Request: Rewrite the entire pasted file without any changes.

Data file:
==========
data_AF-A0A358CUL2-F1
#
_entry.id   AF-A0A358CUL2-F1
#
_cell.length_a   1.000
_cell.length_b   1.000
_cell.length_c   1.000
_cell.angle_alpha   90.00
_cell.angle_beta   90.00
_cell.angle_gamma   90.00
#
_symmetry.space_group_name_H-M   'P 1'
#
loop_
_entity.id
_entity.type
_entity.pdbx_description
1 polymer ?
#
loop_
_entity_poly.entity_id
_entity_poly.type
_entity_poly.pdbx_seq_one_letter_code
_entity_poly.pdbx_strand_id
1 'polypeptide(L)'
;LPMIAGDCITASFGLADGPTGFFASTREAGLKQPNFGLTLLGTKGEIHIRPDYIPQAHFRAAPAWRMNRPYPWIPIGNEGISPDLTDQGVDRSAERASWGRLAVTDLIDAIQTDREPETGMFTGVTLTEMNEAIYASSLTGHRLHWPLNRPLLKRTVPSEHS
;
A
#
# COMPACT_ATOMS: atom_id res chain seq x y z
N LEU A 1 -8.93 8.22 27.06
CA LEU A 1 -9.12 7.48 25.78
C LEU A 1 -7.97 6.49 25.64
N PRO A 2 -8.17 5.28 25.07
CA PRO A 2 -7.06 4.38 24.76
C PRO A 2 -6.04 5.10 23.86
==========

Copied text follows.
data_AF-A0A358CUL2-F1
#
_entry.id   AF-A0A358CUL2-F1
#
_cell.length_a   1.000
_cell.length_b   1.000
_cell.length_c   1.000
_cell.angle_alpha   90.00
_cell.angle_beta   90.00
_cell.angle_gamma   90.00
#
_symmetry.space_group_name_H-M   'P 1'
#
loop_
_entity.id
_entity.type
_entity.pdbx_description
1 polymer ?
#
loop_
_entity_poly.entity_id
_entity_poly.type
_entity_poly.pdbx_seq_one_letter_code
_entity_poly.pdbx_strand_id
1 'polypeptide(L)'
;LPMIAGDCITASFGLADGPTGFFASTREAGLKQPNFGLTLLGTKGEIHIRPDYIPQAHFRAAPAWRMNRPYPWIPIGNEGISPDLTDQGVDRSAERASWGRLAVTDLIDAIQTDREPETGMFTGVTLTEMNEAIYASSLTGHRLHWPLNRPLLKRTVPSEHS
;
A
#
# COMPACT_ATOMS: atom_id res chain seq x y z
N LEU A 1 -8.93 8.22 27.06
CA LEU A 1 -9.12 7.48 25.78
C LEU A 1 -7.97 6.49 25.64
N PRO A 2 -8.17 5.28 25.07
CA PRO A 2 -7.06 4.38 24.76
C PRO A 2 -6.04 5.10 23.86